It is impossible in the brief time at my disposal to consider the various complications of this type of problem. The difficulties are very great in the way of investigations which as yet have hardly begun. Enough may have been said, however, to indicate the direction of some of the most recent and most promising work. If color characters are dependent upon chemical reactions, other characters probably are also. In fact, recent work upon the old problem of the heritability of acquired characters has brought to light interesting chemical possibilities in inheritance, and lifted the incubus of presumption laid by Weismann upon the whole subject in the shape of the determinant hypothesis almost twenty years ago.
Modern epigenesis recognizes an organized germ, more or less differentiated, but vastly simple in comparison with the preformed germ. That color may be produced at a given stage in the development of an organism, it is not necessary that the tyrosinase, upon which the formation of the color may depend, should be present as such in the fertilized ovum. It is only necessary that the conditions for its ultimate production be present—relatively simple conditions, that bring about a series of reactions of the type known in physiological chemistry as autocatalyses, in which one phase in the reaction determines the succeeding phase. Not only is this sort of conception more simple than the determinant hypothesis, but it is stimulating. It is workable. It leads to results that are sympathetic with the most advanced scientific work of the day. It is not a final explanation. It is an implement of research.
The problem of vitalism need be very briefly examined. Vitalism, if it means anything in biology, interprets life in terms of forces or agencies or processes that are not found in inorganic nature. According to this definition, Aristotle was a vitalist when he conceived the development of the germ to be guided by the entelechies that determined specific and individual form in organisms. Wolff was a vitalist when he accounted for the differentiation of a homogeneous germ by the aid of a vis essentialis. Vital forces have long since lost their grip. They began to weaken when Wöhler, in 1828, produced in the laboratory the compound urea, till then supposed to be formed only in the bodies of organisms. They broke into full retreat under the fire of calorimetric researches of the last century which demonstrated that oxidation was oxidation, whether it took place within or without the body, and that vital heat was as surely due to chemical reaction as the heat generated by the reaction between sulphuric acid and zinc.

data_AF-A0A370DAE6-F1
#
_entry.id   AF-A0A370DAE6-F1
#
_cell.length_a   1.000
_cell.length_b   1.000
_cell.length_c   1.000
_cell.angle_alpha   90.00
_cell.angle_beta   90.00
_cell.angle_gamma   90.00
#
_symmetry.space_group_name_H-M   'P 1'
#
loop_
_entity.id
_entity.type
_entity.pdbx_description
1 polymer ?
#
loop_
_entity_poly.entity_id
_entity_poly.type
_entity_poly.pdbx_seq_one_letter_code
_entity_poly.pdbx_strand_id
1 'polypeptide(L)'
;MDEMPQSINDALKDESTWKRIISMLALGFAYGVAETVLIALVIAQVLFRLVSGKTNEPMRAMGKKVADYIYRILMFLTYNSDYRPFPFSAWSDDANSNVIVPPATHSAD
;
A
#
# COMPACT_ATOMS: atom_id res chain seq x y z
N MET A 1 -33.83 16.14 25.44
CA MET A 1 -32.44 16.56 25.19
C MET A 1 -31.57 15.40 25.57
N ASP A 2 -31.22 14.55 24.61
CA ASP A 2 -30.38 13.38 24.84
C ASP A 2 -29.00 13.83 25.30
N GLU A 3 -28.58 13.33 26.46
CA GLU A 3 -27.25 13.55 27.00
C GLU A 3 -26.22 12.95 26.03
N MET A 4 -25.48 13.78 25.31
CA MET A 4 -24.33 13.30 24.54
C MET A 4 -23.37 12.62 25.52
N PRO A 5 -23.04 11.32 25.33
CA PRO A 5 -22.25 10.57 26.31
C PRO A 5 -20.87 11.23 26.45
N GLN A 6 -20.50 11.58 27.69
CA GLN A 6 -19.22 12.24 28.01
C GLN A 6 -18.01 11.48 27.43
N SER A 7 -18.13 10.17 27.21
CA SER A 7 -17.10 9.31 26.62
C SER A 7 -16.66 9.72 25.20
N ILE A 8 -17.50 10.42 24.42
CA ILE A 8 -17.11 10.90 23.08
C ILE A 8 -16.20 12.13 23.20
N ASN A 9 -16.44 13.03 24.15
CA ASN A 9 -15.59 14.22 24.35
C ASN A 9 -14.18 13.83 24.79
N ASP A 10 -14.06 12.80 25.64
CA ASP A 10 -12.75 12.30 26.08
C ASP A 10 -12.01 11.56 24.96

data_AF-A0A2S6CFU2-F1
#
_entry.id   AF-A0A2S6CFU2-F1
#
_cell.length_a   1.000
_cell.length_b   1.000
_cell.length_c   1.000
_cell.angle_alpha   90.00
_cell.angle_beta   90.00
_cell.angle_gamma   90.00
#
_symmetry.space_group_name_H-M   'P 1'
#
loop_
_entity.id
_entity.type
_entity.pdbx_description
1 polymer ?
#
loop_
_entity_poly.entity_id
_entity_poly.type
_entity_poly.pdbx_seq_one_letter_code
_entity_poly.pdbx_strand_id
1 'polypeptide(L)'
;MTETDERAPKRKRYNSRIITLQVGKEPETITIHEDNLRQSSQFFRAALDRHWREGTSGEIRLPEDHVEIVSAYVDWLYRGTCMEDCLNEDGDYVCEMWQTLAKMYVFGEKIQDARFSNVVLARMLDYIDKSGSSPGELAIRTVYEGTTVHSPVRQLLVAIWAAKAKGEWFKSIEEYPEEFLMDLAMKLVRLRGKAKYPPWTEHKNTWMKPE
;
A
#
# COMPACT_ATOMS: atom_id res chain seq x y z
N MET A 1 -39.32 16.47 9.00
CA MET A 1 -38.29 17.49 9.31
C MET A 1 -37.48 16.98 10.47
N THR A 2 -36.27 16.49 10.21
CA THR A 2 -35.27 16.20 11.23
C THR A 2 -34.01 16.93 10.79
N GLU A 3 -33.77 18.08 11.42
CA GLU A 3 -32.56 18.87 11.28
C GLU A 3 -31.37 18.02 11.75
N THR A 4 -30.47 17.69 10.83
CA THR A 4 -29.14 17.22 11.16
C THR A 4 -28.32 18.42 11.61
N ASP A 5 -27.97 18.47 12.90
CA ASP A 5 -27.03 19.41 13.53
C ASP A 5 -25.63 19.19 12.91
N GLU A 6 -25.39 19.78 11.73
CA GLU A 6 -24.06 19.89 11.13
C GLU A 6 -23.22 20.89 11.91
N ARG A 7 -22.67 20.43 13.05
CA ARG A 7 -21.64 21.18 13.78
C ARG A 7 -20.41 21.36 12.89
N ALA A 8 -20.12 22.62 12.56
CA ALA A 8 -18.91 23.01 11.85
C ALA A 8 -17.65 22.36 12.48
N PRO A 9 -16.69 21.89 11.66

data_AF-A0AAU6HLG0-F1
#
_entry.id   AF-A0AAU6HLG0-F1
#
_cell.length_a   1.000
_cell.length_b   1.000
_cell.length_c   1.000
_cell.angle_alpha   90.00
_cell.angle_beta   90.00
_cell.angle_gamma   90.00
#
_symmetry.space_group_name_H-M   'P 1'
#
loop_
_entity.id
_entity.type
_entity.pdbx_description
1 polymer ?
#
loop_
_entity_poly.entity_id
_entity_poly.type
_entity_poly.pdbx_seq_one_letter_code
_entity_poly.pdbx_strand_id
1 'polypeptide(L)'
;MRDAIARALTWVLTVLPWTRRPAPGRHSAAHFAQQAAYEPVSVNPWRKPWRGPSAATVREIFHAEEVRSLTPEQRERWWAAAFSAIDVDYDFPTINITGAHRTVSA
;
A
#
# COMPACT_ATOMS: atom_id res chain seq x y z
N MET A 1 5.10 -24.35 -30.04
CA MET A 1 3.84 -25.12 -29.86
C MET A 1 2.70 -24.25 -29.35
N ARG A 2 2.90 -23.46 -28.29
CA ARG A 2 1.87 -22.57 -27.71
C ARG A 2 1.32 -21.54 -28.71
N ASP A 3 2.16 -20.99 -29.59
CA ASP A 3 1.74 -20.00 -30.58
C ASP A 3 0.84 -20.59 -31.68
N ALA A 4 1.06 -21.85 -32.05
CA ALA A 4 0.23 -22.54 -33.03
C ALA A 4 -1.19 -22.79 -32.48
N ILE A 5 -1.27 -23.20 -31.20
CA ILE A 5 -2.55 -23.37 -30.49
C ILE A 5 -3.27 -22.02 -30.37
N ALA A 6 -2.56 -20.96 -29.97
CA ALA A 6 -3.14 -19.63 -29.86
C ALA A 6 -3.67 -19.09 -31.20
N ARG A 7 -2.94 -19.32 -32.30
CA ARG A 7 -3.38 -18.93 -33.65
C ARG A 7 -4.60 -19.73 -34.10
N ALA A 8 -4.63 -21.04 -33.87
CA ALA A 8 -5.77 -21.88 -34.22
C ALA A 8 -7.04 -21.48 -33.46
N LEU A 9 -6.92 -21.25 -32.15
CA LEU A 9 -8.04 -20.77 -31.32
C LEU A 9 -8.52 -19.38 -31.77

So Wolff's vitalism is dead. The Aristotelian vitalism, however, has a representative at the present day in the neo-vitalism of Driesch. The Aristotelian entelechy has been revamped and applied to the unexplained residuum that has escaped Driesch's experimental analysis. It is interesting that Driesch was a metaphysician first, an experimental biologist second; and that after about fifteen years of unusual activity in this second rôle, he returned to his first love. In these fifteen years he developed what he has called three proofs of vitalism. But he has not succeeded in persuading many biologists to accept his criteria of demonstration. It is difficult to take seriously his conception of entelechy, a non-substantial, non-energetic principle which yet is competent to control the developmental energies of the organism. It is but another final cause, an ultimate term in the analysis of the activities of organisms. And it has weakened Driesch's interest in biological research just as the formulation of final explanations has led to stagnation wherever we have met them along the line of biological inquiry.
In contrast with Driesch, there is a large and eager group of experimental biologists who unite in deprecating his interest in entelechies and, undaunted by its enormous complexity, in investigating the organic mechanism in the hope of reducing more of it than he was able, to terms of physics and chemistry. How far they may go is not, from the standpoint of modern biology, a pertinent question. How they may keep moving is more to the point. To this end the Drieschian entelechy offers not the slightest suggestion of encouragement.